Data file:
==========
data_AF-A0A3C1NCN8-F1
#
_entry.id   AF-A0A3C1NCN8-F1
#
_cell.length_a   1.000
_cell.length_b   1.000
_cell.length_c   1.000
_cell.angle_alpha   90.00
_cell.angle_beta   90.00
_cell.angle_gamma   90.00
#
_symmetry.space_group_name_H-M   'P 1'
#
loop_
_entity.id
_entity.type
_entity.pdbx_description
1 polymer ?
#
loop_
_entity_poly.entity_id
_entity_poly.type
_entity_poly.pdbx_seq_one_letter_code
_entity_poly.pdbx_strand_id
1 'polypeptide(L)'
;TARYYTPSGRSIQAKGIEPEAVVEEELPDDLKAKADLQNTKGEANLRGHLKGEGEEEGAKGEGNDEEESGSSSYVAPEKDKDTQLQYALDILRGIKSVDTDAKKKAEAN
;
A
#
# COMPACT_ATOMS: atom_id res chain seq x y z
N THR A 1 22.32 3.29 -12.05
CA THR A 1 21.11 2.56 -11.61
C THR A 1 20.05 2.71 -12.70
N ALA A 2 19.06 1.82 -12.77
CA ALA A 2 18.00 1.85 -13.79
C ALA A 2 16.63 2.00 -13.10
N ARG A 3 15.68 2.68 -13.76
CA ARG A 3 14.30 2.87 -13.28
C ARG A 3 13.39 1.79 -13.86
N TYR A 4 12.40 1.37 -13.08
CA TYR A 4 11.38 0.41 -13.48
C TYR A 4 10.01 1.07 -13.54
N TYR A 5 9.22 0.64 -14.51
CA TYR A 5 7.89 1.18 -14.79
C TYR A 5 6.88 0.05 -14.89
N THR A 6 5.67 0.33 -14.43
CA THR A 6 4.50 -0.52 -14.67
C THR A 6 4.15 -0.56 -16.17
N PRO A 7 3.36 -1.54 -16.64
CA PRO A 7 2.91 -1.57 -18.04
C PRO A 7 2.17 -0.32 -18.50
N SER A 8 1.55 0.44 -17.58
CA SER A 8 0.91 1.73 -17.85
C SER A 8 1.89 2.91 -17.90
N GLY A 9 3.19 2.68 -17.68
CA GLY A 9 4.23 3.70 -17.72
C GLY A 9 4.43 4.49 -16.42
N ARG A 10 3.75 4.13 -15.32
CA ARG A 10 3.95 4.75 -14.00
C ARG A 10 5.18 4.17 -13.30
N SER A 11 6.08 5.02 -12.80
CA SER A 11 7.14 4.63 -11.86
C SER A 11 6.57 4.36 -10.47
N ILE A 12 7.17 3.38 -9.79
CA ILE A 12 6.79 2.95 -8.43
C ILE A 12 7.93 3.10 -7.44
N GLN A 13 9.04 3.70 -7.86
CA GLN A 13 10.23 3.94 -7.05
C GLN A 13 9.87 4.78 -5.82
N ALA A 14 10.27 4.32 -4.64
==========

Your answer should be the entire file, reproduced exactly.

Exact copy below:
data_AF-A0A3C1NCN8-F1
#
_entry.id   AF-A0A3C1NCN8-F1
#
_cell.length_a   1.000
_cell.length_b   1.000
_cell.length_c   1.000
_cell.angle_alpha   90.00
_cell.angle_beta   90.00
_cell.angle_gamma   90.00
#
_symmetry.space_group_name_H-M   'P 1'
#
loop_
_entity.id
_entity.type
_entity.pdbx_description
1 polymer ?
#
loop_
_entity_poly.entity_id
_entity_poly.type
_entity_poly.pdbx_seq_one_letter_code
_entity_poly.pdbx_strand_id
1 'polypeptide(L)'
;TARYYTPSGRSIQAKGIEPEAVVEEELPDDLKAKADLQNTKGEANLRGHLKGEGEEEGAKGEGNDEEESGSSSYVAPEKDKDTQLQYALDILRGIKSVDTDAKKKAEAN
;
A
#
# COMPACT_ATOMS: atom_id res chain seq x y z
N THR A 1 22.32 3.29 -12.05
CA THR A 1 21.11 2.56 -11.61
C THR A 1 20.05 2.71 -12.70
N ALA A 2 19.06 1.82 -12.77
CA ALA A 2 18.00 1.85 -13.79
C ALA A 2 16.63 2.00 -13.10
N ARG A 3 15.68 2.68 -13.76
CA ARG A 3 14.30 2.87 -13.28
C ARG A 3 13.39 1.79 -13.86
N TYR A 4 12.40 1.37 -13.08
CA TYR A 4 11.38 0.41 -13.48
C TYR A 4 10.01 1.07 -13.54
N TYR A 5 9.22 0.64 -14.51
CA TYR A 5 7.89 1.18 -14.79
C TYR A 5 6.88 0.05 -14.89
N THR A 6 5.67 0.33 -14.43
CA THR A 6 4.50 -0.52 -14.67
C THR A 6 4.15 -0.56 -16.17
N PRO A 7 3.36 -1.54 -16.64
CA PRO A 7 2.91 -1.57 -18.04
C PRO A 7 2.17 -0.32 -18.50
N SER A 8 1.55 0.44 -17.58
CA SER A 8 0.91 1.73 -17.85
C SER A 8 1.89 2.91 -17.90
N GLY A 9 3.19 2.68 -17.68
CA GLY A 9 4.23 3.70 -17.72
C GLY A 9 4.43 4.49 -16.42
N ARG A 10 3.75 4.13 -15.32
CA ARG A 10 3.95 4.75 -14.00
C ARG A 10 5.18 4.17 -13.30
N SER A 11 6.08 5.02 -12.80
CA SER A 11 7.14 4.63 -11.86
C SER A 11 6.57 4.36 -10.47
N ILE A 12 7.17 3.38 -9.79
CA ILE A 12 6.79 2.95 -8.43
C ILE A 12 7.93 3.10 -7.44
N GLN A 13 9.04 3.70 -7.86
CA GLN A 13 10.23 3.94 -7.05
C GLN A 13 9.87 4.78 -5.82
N ALA A 14 10.27 4.32 -4.64